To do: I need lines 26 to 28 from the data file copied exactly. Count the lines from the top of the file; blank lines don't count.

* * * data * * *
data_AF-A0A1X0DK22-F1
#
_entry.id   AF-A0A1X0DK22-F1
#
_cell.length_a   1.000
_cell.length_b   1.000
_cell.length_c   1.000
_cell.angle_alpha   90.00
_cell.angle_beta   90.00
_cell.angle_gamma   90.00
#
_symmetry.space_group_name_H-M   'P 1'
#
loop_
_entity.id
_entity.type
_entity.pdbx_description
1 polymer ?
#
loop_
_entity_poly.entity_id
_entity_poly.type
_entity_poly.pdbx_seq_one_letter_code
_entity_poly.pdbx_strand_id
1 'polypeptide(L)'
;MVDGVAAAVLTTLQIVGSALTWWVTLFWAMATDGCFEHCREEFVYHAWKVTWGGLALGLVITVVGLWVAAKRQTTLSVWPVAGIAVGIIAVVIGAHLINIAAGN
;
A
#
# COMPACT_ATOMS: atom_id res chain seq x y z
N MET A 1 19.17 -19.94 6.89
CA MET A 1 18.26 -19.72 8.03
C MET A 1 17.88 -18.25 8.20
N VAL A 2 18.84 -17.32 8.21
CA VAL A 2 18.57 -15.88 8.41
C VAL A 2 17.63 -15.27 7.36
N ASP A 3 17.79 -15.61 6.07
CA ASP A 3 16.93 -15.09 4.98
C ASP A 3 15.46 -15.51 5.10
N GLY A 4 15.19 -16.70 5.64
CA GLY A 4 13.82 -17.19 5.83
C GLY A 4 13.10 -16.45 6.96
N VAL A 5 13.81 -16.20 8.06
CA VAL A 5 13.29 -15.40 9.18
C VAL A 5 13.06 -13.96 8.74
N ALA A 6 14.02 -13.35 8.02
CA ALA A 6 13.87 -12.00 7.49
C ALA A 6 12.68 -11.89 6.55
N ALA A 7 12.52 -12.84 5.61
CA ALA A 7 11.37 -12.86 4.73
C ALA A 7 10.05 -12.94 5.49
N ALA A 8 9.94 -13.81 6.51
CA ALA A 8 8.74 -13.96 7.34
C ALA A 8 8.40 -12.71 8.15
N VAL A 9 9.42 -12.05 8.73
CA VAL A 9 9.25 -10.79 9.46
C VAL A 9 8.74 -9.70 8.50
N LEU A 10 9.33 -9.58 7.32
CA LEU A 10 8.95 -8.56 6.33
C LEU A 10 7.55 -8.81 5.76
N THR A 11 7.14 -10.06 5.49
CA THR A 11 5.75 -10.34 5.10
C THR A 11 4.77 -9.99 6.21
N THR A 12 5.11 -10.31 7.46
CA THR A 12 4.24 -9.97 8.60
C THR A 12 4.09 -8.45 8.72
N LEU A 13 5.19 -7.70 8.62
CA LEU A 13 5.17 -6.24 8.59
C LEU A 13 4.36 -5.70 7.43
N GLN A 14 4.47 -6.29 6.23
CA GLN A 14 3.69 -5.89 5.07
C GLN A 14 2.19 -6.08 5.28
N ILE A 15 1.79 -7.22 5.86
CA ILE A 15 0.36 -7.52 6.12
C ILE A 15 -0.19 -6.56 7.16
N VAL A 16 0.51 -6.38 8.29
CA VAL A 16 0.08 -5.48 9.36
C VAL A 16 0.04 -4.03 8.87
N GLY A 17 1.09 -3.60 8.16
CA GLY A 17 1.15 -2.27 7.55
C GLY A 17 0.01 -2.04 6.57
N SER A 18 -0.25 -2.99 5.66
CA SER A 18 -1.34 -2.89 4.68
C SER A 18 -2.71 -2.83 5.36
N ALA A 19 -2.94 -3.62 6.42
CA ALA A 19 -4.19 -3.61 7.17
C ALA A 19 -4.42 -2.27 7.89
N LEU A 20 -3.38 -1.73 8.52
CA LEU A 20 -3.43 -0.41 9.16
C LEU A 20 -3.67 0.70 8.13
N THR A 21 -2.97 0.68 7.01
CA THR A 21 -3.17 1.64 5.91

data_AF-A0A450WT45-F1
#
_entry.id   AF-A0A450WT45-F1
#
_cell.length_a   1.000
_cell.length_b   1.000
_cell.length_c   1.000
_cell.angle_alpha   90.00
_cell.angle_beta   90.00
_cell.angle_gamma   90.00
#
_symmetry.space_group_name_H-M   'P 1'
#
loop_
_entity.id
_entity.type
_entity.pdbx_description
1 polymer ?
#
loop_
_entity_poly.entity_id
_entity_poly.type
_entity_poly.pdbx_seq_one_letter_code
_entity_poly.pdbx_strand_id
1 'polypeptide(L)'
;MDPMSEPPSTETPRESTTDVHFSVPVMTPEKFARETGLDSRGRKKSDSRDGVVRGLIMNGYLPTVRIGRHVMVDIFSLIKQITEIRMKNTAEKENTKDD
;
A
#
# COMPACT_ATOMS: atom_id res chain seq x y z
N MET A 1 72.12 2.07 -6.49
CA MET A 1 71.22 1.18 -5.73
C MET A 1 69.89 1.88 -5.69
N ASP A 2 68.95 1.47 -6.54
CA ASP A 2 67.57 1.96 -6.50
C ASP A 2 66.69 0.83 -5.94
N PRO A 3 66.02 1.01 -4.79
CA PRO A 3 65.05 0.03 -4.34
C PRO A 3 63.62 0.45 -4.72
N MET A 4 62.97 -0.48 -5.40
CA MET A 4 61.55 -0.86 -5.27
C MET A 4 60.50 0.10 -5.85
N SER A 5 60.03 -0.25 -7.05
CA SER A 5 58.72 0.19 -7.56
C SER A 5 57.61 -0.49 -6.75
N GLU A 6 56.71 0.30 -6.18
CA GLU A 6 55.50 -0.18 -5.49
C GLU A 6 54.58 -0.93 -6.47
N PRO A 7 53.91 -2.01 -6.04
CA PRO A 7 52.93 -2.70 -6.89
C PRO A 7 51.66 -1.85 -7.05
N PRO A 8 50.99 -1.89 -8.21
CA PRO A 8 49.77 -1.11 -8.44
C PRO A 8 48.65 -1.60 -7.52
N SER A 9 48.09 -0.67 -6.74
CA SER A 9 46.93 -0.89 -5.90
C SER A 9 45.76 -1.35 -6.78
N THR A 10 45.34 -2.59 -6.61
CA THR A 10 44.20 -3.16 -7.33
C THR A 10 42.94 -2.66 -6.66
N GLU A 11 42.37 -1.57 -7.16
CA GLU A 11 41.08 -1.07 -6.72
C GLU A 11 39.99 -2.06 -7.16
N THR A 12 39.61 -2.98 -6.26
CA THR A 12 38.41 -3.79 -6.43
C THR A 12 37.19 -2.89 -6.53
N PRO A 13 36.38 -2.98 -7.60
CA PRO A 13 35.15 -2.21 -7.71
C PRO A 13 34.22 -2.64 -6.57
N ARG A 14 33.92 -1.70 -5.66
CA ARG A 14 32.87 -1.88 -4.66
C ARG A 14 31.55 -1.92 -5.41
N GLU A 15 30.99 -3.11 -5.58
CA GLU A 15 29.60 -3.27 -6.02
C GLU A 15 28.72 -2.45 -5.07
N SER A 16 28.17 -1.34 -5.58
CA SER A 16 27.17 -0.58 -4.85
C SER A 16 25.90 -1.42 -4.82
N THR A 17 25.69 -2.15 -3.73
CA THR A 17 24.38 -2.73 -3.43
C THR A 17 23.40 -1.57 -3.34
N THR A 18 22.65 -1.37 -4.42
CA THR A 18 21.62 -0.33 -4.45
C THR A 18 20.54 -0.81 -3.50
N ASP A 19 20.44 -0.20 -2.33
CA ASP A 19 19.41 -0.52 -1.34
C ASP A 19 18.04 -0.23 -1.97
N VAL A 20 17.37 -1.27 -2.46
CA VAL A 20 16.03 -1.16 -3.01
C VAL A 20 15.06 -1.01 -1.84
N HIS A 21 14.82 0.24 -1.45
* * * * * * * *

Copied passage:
;MVDGVAAAVLTTLQIVGSALTWWVTLFWAMATDGCFEHCREEFVYHAWKVTWGGLALGLVITVVGLWVAAKRQTTLSVWPVAGIAVGIIAVVIGAHLINIAAGN
;
A